And this isn’t about you but the problem you are solving. To build a brand, you need to understand what businesses or recruiters are looking for, the gaps on the boards, particular skills that are difficult to find.
And then decide what your brand is in terms of behaviours. I haven’t thought about my brand for some time (tut tut!) but I think I would define it as passion for helping others, innovative and creative, understand the boardroom and what is needed for it, understand the issues of retirement and how to help, love helping the younger generation – and getting generations helping each other, comfortable with technology.
And I am fundamentally a positive person.
So my LinkedIn and other posts are trying to reflect these. I read widely and share articles on AI, digital, retirement, the professions, board issues and more; share and congratulate people such as my peers and young entrepreneurs; ask questions around relevant issues.
The final word on all this is to remember that AI (artificial intelligence) is now used to scan the internet, including social media, to find the right people for jobs – but also to check people out. What can you deduce about a person from what they say and do on social media?
Earlier this year, Megan Farokmanesh tested out DeepSense and said
And she then plugged in her LinkedIn profile to DeepSense, “When I plugged my own LinkedIn into DeepSense via a browser, it informed me that I’m a skeptic who will incessantly ask questions — a horoscope-like description you could apply to any journalist. Interpretations of my abilities as a team player or how friendly I am were curious, but vague enough to apply. I’m certain my editor has different opinions on my ability to hit a deadline.”
Most of this software is still in its infancy – they are additional tools to the recruitment process rather than taking over the whole thing. So far.
However, it is worth thinking about how you come over on social media. Any professional worth their salt will scan your LinkedIn and other profiles as part of quick checks. If you are being considered for a FTSE chair, as an example, many headhunters and companies will employ specialists to do a deep reputation check – and, of course, they delve into social media as part of that.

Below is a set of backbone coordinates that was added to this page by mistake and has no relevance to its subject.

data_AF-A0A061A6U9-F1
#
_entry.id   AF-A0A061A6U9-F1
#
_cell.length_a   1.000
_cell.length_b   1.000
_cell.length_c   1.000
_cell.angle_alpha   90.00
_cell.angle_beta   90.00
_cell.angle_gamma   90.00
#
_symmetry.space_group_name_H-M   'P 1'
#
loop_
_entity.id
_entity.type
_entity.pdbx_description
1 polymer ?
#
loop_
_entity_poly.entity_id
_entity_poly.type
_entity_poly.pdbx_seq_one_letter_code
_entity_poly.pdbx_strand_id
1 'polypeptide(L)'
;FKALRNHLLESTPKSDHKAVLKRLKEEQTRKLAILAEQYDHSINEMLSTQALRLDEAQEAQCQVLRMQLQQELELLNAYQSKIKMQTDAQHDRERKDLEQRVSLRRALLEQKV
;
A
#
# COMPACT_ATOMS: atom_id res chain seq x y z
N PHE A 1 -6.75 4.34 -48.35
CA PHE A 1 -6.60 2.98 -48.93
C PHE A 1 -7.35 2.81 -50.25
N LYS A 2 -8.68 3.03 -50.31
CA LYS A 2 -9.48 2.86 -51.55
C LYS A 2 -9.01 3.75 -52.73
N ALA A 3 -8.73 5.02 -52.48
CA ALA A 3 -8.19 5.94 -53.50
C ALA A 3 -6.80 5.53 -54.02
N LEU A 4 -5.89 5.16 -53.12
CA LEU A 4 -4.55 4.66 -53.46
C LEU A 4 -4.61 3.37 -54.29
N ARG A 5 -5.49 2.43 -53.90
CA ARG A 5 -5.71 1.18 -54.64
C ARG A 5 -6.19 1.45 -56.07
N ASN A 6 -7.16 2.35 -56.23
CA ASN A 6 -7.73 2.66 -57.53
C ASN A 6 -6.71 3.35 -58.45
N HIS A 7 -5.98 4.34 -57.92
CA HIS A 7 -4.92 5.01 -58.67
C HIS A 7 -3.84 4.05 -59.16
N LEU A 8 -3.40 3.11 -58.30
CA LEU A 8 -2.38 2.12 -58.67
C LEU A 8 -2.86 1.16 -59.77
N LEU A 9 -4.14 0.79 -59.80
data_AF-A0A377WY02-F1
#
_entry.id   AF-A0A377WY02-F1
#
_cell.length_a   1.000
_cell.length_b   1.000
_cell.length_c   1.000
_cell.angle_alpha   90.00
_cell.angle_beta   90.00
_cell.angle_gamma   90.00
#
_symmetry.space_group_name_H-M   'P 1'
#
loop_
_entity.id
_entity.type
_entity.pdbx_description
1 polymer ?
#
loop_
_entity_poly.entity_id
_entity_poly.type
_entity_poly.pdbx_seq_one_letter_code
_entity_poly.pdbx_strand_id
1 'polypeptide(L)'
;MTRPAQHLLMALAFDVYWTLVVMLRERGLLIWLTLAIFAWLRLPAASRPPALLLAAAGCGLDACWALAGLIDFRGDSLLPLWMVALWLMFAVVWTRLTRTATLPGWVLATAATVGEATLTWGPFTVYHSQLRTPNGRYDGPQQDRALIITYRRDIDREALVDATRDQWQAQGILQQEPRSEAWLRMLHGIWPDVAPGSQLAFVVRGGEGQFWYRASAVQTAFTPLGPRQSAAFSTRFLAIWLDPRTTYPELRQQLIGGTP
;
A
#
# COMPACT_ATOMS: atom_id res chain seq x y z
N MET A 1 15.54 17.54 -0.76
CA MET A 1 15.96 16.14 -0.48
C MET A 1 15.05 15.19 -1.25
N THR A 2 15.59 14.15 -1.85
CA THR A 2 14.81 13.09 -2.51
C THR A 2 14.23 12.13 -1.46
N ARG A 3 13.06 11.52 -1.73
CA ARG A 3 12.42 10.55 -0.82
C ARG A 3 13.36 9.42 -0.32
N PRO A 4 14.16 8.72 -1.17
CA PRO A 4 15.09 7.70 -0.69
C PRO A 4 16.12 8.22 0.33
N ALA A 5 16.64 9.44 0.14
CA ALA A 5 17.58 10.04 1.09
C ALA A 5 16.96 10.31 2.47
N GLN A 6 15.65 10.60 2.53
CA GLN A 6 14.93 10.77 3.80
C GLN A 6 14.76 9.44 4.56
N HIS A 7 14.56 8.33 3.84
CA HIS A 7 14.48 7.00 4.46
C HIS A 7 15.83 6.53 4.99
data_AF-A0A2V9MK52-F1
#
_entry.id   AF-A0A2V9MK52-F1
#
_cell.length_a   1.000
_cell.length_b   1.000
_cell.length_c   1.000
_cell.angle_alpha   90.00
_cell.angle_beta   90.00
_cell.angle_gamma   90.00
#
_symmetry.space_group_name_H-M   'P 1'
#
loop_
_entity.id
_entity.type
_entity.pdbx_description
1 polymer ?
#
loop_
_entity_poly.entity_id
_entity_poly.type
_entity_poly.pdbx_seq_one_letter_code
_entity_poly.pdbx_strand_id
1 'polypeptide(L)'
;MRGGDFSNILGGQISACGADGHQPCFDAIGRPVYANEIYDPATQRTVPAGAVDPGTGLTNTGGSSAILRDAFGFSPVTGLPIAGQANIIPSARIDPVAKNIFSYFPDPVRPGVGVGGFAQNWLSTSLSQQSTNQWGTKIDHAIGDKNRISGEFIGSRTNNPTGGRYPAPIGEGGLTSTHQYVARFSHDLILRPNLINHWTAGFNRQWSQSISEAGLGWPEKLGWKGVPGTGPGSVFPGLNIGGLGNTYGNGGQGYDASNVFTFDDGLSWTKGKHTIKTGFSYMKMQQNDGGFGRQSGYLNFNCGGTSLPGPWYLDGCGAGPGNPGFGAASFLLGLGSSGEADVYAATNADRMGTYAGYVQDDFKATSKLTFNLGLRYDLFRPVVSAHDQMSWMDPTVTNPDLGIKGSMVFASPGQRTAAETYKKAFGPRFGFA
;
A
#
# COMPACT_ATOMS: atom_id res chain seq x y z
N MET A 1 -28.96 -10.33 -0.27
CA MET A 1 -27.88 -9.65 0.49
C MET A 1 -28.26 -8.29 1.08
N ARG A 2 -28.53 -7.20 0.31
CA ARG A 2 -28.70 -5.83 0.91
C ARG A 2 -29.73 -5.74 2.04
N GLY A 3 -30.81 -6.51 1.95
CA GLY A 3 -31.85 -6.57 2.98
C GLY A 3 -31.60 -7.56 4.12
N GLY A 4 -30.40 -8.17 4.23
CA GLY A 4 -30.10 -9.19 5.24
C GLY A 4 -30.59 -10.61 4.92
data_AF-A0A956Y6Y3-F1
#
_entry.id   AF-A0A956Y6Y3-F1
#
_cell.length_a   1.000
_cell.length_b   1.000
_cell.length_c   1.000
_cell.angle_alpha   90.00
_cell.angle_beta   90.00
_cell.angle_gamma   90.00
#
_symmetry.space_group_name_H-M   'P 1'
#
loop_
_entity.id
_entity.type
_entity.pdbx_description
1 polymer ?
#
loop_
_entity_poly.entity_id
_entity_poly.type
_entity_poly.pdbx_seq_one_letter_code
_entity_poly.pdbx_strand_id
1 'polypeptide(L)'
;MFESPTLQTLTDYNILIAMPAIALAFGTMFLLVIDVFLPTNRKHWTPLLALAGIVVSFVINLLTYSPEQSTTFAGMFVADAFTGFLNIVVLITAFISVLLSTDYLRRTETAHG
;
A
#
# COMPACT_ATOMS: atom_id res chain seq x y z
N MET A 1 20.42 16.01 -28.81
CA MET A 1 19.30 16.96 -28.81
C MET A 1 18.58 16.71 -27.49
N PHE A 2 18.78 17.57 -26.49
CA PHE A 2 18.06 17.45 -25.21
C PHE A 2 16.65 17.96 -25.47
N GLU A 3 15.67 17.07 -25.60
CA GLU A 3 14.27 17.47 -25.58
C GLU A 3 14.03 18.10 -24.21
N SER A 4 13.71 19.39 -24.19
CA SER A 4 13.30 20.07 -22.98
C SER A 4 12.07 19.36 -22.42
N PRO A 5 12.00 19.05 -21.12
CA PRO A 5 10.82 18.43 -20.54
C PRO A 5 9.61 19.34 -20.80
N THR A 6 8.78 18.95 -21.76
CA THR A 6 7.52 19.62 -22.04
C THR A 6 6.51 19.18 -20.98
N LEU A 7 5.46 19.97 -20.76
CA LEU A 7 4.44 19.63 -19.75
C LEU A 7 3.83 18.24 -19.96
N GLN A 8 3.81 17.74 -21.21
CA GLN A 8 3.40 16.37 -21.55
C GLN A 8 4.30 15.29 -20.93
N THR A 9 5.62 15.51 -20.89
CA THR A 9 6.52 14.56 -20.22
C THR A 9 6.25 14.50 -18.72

What people deduce from your LinkedIn and other activities may say more about you than you want – or actually be the final piece of a jigsaw that show you to be contemporary, engaged and supportive. And get you on a shortlist.
Victoria Tomlinson is chief executive and founder of Next-Up. Next-Up supports employers with a range of services for directors, partners and employees to help them understand the impact of retirement on mental health and create a plan to use their skills and experience in new ways to ensure wellbeing. A key part of our role is to inspire people with ideas and contacts, beyond traditional expectations. A former director of EY, she is an international speaker on unretirement, personal branding and using LinkedIn strategically as well as on leadership and women on boards. She mentors chief executives and directors, start-up businesses and ex-offenders. Victoria is Honorary Teaching Fellow at Lancaster University and chaired an advisory board for University of Leeds.